Human Trafficking


A reflection on our local ministry of presence Street Team


We are continuting to assist a local safe house, the Free Indeed Home, where girls ages 12-17 who have been sex trafficked can come for healing & restoration. 

 If you or your group would like to participate in the collection of much-needed items, please email the Respect Life Office to facilitation this (no drop-offs can be accepted).  

The following items are needed…

Gift cards for grocery/big box stores

Canned vegetables, flour, sugar, corn meal, seasoning, cooking oil, pasta, rice, cereals, canned meats, boxed cake mix, pudding
Paper towel, toilet paper, paper napkins

Comet Cleanser, Clorox Clean-up, dish detergent, disinfectant spray, multi-surface cleaner, baking soda, floor wax for hardwood floors, laundry detergent 

Feminine products

Board games, puzzles, craft items

Copy paper  (Cheapest kind), pens /pencils/crayons/color pencils/markers/ dry eraser markers, loose leaf paper, notebooks, binders, printer ink : HP 950 and 951, batteries (all sizes, primarily AA and AAA)


Public Information & Education

Pastoral Care

Prayer & Worship


Church Teaching on Human Trafficking

From the Catechism of the Catholic Church:
“2414 The seventh commandment forbids acts or enterprises that for any reason - selfish or ideological, commercial, or totalitarian - lead to the enslavement of human beings, to their being bought, sold and exchanged like merchandise, in disregard for their personal dignity. It is a sin against the dignity of persons and their fundamental rights to reduce them by violence to their productive value or to a source of profit. St. Paul directed a Christian master to treat his Christian slave "no longer as a slave but more than a slave, as a beloved brother, . . . both in the flesh and in the Lord."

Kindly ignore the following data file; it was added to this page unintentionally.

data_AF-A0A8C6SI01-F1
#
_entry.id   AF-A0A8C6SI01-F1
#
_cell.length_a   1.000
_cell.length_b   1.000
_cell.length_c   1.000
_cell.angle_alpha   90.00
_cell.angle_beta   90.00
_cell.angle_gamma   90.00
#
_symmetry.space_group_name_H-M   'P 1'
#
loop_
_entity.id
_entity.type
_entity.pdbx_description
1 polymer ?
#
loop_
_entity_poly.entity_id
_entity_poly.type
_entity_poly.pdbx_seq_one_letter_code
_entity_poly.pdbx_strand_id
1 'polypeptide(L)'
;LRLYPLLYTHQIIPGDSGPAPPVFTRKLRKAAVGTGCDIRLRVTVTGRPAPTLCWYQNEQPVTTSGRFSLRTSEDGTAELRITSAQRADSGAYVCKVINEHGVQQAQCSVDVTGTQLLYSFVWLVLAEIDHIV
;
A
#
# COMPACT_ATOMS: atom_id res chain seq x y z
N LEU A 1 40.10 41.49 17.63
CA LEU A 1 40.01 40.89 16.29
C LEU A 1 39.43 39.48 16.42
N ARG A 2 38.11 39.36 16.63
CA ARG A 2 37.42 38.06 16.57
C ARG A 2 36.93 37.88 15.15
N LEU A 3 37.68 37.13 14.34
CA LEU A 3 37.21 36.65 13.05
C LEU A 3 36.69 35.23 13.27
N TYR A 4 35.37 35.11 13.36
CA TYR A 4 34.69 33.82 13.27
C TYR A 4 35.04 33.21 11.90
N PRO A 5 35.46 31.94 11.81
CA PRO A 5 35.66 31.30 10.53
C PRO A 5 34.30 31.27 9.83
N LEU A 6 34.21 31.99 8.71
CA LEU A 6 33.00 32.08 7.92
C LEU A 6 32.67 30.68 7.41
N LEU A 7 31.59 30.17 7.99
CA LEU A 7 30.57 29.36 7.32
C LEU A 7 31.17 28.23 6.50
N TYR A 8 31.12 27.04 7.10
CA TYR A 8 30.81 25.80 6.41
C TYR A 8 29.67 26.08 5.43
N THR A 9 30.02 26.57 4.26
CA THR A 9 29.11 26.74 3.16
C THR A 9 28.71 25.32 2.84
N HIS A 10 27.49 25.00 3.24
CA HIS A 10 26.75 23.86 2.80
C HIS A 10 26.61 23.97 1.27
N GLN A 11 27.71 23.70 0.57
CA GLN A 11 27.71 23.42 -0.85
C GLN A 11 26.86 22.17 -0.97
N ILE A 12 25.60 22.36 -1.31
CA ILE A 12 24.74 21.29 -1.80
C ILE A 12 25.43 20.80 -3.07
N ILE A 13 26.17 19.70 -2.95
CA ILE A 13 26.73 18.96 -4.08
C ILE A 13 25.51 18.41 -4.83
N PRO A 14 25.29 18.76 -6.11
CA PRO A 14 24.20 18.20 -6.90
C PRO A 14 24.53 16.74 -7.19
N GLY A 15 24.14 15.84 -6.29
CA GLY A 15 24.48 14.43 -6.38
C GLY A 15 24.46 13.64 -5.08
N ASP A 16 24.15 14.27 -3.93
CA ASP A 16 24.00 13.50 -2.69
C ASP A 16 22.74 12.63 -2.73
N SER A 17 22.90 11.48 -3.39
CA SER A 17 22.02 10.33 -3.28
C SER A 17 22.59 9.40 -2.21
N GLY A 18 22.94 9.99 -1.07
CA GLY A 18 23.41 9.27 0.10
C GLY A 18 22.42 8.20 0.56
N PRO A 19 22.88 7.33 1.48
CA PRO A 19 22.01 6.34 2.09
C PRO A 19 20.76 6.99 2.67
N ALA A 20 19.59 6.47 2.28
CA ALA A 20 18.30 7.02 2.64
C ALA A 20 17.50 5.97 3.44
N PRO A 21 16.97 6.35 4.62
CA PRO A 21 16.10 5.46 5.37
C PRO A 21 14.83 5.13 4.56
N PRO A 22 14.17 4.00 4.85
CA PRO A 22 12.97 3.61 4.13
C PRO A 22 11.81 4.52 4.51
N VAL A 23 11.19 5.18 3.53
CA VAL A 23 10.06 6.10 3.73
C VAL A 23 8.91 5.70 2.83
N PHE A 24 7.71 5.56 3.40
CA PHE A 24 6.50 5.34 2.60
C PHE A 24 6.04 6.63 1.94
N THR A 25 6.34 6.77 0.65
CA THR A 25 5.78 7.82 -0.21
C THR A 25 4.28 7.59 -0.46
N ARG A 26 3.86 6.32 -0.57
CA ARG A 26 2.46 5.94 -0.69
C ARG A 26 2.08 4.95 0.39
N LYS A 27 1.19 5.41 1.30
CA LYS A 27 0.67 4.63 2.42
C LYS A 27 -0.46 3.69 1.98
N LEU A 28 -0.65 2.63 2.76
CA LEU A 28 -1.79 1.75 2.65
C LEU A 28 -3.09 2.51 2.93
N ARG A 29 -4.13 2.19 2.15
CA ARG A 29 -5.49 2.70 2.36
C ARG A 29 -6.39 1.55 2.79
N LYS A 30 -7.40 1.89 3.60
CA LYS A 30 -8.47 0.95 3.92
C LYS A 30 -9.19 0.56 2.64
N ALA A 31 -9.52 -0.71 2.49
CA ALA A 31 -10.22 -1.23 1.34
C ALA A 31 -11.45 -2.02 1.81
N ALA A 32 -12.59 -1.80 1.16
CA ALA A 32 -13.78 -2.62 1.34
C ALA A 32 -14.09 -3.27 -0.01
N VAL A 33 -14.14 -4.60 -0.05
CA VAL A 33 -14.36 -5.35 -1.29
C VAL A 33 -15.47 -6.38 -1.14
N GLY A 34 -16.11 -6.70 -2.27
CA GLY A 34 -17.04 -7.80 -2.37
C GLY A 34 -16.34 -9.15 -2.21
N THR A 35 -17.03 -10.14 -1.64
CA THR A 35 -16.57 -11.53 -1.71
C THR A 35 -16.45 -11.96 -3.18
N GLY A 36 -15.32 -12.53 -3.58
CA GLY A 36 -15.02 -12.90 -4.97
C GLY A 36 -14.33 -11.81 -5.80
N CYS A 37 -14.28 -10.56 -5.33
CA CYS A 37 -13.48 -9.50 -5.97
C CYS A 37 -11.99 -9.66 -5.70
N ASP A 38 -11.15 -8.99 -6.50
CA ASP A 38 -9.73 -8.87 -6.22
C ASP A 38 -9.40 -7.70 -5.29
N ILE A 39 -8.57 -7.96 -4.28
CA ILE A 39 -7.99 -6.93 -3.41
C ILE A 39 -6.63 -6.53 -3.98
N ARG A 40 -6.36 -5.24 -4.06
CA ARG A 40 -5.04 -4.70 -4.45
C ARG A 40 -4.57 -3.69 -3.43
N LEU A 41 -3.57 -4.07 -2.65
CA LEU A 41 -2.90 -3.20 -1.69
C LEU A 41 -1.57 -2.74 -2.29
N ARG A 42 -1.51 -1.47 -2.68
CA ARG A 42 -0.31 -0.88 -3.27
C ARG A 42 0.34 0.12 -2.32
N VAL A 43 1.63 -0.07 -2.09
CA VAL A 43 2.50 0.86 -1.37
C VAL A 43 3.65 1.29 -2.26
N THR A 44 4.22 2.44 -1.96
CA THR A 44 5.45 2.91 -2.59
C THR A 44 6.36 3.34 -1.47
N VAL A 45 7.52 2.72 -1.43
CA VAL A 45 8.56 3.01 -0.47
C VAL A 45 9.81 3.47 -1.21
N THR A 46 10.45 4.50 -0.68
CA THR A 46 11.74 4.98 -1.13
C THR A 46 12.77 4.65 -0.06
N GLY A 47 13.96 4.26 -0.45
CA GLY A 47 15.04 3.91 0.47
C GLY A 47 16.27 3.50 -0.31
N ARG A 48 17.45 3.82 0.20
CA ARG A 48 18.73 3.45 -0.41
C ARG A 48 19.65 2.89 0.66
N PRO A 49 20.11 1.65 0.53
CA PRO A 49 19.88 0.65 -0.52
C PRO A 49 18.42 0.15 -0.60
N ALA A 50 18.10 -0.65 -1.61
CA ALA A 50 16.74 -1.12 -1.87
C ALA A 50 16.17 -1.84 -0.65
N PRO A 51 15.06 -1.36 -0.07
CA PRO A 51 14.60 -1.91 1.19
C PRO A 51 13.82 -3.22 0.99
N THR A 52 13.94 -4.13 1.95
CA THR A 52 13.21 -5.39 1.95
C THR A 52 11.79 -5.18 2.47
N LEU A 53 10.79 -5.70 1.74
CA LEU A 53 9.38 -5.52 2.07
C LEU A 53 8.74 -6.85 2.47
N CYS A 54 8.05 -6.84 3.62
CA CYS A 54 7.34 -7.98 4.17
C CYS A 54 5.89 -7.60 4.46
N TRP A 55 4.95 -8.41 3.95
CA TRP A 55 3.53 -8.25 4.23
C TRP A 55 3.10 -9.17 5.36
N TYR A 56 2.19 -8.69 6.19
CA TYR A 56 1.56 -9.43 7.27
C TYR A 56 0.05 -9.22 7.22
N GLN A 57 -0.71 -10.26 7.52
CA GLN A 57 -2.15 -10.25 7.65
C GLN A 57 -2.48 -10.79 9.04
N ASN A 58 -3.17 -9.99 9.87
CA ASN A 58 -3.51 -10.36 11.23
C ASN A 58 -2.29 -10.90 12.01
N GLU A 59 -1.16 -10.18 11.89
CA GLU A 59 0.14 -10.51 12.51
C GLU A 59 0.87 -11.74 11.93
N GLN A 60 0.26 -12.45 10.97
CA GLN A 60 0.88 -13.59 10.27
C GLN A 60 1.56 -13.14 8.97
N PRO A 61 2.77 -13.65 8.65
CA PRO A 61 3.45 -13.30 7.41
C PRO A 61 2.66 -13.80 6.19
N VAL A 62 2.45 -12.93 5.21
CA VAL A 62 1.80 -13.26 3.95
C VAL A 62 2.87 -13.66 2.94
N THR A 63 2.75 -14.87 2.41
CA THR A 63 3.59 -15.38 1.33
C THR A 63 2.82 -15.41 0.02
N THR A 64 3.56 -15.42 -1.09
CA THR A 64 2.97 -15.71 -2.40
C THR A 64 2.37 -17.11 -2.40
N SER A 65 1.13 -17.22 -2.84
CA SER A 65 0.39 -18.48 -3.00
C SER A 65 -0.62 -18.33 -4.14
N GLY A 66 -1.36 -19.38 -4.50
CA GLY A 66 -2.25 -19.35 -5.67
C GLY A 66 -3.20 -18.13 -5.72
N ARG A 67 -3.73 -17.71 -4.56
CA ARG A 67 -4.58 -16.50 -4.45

From the USCCB’s Information Sheet:
“Human trafficking is a horrific crime against the fundamental rights and dignity of the human person. The United Nations Protocol on Human Trafficking defines it as the recruitment, transportation, harboring or receipt of persons by means of force, fraud or coercion.

Human trafficking will never be truly defeated without eliminating the consumerism that feeds it and prosecuting those actors in receiving countries, including our own, that benefit because of the exploitation of vulnerable human beings....

Human trafficking is a horrific crime against the basic dignity and rights of the human person. All efforts must be expended to end it. In the end, we must work together—Church, state, and community—to eliminate the root causes and markets that permit traffickers to flourish; to make whole the survivors of this crime; and to ensure that, one day soon, trafficking in human persons vanishes from the face of the earth.”